Manatees dying at alarming rate in Sunshine State; lack of food a concern

Reporter: Stephanie Byrne
Published: Updated:
FILE: Manatees swimming as a group. (Credit: WINK News/FILE)
FILE: Manatees swimming as a group. (Credit: WINK News/FILE)

Manatees are one of Florida’s many well-known locals, but they’re dying at a staggering rate.

In just the first five months of the year, 761 manatees died across the state. That’s already more than all of 2020, which totaled 637 deaths, according to FWC.

Seagrass is a big food source for manatees, but the grass is dying off in some Florida waterways. Not only that, but it’s also a meal and habitat for other marine life.

From boats to the cold, manatees are no strangers to adversity by man or the environment.

However, another unseen problem beneath the surface could be contributing to an alarming number of Florida manatee deaths right now: No food.

Dr. Rick Bartleson is a research scientist with the Sanibel-Captiva Conservation Foundation. He said the mortality of the manatees on the East Coast is likely due to the lack of seagrass in the Indian River and Biscayne Bay.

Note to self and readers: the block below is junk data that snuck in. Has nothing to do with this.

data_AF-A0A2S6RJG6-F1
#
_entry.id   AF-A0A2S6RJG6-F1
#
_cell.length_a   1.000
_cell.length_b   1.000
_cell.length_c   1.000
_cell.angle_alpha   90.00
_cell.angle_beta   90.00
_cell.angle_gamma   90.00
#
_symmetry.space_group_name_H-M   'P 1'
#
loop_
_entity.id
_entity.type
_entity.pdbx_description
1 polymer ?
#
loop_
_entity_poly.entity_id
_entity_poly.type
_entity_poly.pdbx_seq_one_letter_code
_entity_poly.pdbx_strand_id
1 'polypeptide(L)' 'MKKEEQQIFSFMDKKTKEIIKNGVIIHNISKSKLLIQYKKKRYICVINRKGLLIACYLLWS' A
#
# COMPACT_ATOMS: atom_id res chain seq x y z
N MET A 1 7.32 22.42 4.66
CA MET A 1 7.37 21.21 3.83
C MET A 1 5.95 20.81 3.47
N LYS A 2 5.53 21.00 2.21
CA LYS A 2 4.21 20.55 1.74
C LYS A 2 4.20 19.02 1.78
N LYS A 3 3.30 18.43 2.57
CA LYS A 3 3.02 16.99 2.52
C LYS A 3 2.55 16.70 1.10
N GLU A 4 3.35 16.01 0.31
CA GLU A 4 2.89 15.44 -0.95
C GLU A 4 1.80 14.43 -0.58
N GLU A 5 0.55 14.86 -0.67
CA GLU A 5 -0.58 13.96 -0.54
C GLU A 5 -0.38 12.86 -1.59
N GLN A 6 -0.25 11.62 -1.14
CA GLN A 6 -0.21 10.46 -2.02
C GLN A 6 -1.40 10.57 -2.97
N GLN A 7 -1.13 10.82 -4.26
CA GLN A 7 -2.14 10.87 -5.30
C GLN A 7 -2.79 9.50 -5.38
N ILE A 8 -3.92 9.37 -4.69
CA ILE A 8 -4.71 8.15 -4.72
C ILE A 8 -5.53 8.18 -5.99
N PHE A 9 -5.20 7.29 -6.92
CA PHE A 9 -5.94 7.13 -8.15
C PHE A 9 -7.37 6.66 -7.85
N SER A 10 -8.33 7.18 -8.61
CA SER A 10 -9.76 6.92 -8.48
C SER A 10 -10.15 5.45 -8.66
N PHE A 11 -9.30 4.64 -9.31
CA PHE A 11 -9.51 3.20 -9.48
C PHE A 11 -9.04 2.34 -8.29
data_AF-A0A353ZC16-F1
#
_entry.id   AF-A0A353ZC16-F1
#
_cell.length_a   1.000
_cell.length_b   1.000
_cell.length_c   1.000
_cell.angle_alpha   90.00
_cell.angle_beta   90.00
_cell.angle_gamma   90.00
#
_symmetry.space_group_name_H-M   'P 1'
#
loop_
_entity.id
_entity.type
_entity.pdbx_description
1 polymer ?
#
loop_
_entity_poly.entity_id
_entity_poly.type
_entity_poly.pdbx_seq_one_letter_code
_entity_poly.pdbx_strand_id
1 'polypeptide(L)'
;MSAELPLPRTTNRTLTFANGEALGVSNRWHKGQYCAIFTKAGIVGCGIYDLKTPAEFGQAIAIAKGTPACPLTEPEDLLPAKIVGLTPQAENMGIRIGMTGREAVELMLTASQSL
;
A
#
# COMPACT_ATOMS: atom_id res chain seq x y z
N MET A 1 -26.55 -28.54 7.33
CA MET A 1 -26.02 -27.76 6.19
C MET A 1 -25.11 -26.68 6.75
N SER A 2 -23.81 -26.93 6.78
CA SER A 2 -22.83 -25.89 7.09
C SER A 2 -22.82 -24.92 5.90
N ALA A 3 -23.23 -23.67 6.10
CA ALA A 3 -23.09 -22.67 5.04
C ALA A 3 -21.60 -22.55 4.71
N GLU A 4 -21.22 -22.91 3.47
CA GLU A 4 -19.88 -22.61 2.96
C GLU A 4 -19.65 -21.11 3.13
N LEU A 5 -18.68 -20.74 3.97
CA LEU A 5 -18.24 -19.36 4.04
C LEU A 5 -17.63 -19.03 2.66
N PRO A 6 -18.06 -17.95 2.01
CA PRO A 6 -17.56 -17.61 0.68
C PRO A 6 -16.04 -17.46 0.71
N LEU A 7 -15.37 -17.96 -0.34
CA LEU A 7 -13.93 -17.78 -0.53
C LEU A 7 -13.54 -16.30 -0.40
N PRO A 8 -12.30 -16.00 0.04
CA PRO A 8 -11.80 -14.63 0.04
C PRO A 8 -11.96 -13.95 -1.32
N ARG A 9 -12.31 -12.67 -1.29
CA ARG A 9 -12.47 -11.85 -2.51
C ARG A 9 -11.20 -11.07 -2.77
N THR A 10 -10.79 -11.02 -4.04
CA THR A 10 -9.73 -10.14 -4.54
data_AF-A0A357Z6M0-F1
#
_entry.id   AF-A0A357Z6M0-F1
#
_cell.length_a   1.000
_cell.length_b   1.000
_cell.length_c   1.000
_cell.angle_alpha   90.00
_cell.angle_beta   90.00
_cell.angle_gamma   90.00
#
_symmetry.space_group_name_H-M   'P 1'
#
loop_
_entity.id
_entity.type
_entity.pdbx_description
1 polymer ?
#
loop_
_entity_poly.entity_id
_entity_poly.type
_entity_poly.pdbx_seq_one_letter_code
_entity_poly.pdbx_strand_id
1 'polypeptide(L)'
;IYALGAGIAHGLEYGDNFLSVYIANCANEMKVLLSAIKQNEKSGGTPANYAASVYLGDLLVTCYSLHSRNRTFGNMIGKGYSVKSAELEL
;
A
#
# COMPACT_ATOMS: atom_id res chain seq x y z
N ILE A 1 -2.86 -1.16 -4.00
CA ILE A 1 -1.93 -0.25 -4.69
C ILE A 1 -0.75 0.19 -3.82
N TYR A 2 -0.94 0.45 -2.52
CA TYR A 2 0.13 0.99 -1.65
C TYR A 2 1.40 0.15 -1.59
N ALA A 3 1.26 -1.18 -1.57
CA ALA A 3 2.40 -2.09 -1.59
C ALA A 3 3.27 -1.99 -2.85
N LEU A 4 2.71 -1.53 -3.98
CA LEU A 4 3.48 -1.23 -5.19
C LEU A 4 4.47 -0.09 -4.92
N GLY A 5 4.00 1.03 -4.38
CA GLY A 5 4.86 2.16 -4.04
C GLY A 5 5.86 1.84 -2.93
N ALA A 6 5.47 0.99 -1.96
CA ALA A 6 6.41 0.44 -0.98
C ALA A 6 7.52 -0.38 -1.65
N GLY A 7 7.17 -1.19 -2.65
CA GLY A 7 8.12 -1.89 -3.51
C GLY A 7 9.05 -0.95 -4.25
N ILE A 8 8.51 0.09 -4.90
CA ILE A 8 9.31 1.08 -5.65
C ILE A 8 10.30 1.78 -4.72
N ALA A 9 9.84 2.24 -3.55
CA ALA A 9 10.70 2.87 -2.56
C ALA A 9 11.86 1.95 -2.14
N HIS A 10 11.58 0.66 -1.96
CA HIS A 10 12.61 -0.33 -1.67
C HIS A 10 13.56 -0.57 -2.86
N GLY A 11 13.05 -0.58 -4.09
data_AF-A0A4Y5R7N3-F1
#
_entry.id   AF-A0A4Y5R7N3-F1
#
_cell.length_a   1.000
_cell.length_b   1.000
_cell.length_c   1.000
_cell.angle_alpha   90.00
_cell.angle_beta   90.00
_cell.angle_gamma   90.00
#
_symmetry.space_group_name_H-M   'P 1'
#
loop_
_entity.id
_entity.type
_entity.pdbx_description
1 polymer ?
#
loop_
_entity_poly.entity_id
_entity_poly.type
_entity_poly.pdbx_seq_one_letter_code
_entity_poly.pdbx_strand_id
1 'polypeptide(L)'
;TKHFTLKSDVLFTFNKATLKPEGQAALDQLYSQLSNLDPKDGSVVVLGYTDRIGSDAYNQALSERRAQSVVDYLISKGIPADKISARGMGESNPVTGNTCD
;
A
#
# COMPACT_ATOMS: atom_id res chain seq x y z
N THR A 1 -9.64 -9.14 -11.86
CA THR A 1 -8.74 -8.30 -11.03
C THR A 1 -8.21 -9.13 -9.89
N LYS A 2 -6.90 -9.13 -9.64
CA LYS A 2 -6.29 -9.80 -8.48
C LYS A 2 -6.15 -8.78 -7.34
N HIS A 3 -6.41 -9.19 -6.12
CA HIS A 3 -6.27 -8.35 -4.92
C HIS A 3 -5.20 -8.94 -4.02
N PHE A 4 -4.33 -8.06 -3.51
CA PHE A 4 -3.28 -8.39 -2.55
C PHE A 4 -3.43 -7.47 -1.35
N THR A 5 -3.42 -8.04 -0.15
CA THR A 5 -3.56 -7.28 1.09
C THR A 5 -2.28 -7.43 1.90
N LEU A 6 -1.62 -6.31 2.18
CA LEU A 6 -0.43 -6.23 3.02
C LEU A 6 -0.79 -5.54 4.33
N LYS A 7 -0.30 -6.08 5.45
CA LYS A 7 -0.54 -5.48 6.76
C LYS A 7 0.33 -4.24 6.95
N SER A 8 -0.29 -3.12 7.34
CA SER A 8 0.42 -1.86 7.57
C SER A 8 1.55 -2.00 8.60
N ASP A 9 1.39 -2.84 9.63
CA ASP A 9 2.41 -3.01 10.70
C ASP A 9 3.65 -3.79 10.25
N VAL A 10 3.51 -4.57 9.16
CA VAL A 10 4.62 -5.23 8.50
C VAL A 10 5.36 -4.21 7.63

Underwater plants can die from changes in salinity, nutrients, and algae.

“That overgrowth of algae, either phytoplankton or macroalgae, because of nutrient enrichment, surface runoff is the main problem,” he said.

That’s why he grows submerged plants in large tanks; think of them as salad bowls for manatees.

“We’ve been growing them for more than 10 years and we’ve been planting the grass in the river where there’s not enough grass for the manatees to eat right now,” Bartleson said.

Problem spots he’s seen in Southwest Florida include waters around Matlacha and Sanibel Island.

Seagrass isn’t just for eating, it’s home for some creatures.

There are other animals that suffer, too. “The fish, for example, the young fish like to hide in the seagrass blades, so there they have to either find somewhere else to hide there,” Bartleson said.

In Southwest Florida, 76 manatees have died in the first five months of the year.

The FWC says as water temperatures warm up, manatees have moved from their winter habitats.

The hope is they’ll find better waters with more food.

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